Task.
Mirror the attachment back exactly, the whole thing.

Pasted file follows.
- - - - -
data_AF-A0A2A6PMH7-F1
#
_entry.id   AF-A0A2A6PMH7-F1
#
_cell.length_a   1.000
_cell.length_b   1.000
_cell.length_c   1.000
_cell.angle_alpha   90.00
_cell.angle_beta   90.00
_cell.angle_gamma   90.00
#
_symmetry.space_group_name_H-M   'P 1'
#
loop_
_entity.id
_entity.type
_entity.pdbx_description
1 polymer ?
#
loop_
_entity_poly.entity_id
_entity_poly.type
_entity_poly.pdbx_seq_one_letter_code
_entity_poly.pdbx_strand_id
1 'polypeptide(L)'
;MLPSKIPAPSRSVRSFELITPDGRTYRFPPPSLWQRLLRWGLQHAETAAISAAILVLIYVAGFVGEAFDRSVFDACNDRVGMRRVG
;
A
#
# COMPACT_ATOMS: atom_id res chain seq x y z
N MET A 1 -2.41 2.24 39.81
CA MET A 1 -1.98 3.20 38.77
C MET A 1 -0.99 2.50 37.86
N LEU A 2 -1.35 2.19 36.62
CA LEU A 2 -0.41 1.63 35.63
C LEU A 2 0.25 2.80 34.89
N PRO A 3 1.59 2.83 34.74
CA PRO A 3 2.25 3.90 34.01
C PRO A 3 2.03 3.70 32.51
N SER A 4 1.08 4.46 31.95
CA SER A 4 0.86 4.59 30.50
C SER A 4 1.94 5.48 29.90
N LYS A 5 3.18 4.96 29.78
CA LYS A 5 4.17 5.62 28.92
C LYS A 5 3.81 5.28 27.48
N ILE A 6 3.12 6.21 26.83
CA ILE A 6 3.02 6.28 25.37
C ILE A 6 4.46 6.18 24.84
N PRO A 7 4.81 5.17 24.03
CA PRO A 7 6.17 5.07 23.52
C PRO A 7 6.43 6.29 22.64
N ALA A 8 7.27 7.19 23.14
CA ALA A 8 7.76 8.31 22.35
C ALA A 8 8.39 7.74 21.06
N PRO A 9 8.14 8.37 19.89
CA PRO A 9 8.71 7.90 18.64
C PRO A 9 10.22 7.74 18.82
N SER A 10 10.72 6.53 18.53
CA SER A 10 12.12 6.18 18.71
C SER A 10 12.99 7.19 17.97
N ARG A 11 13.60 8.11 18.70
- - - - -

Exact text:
data_AF-A0A2A6PMH7-F1
#
_entry.id   AF-A0A2A6PMH7-F1
#
_cell.length_a   1.000
_cell.length_b   1.000
_cell.length_c   1.000
_cell.angle_alpha   90.00
_cell.angle_beta   90.00
_cell.angle_gamma   90.00
#
_symmetry.space_group_name_H-M   'P 1'
#
loop_
_entity.id
_entity.type
_entity.pdbx_description
1 polymer ?
#
loop_
_entity_poly.entity_id
_entity_poly.type
_entity_poly.pdbx_seq_one_letter_code
_entity_poly.pdbx_strand_id
1 'polypeptide(L)'
;MLPSKIPAPSRSVRSFELITPDGRTYRFPPPSLWQRLLRWGLQHAETAAISAAILVLIYVAGFVGEAFDRSVFDACNDRVGMRRVG
;
A
#
# COMPACT_ATOMS: atom_id res chain seq x y z
N MET A 1 -2.41 2.24 39.81
CA MET A 1 -1.98 3.20 38.77
C MET A 1 -0.99 2.50 37.86
N LEU A 2 -1.35 2.19 36.62
CA LEU A 2 -0.41 1.63 35.63
C LEU A 2 0.25 2.80 34.89
N PRO A 3 1.59 2.83 34.74
CA PRO A 3 2.25 3.90 34.01
C PRO A 3 2.03 3.70 32.51
N SER A 4 1.08 4.46 31.95
CA SER A 4 0.86 4.59 30.50
C SER A 4 1.94 5.48 29.90
N LYS A 5 3.18 4.96 29.78
CA LYS A 5 4.17 5.62 28.92
C LYS A 5 3.81 5.28 27.48
N ILE A 6 3.12 6.21 26.83
CA ILE A 6 3.02 6.28 25.37
C ILE A 6 4.46 6.18 24.84
N PRO A 7 4.81 5.17 24.03
CA PRO A 7 6.17 5.07 23.52
C PRO A 7 6.43 6.29 22.64
N ALA A 8 7.27 7.19 23.14
CA ALA A 8 7.76 8.31 22.35
C ALA A 8 8.39 7.74 21.06
N PRO A 9 8.14 8.37 19.89
CA PRO A 9 8.71 7.90 18.64
C PRO A 9 10.22 7.74 18.82
N SER A 10 10.72 6.53 18.53
CA SER A 10 12.12 6.18 18.71
C SER A 10 12.99 7.19 17.97
N ARG A 11 13.60 8.11 18.70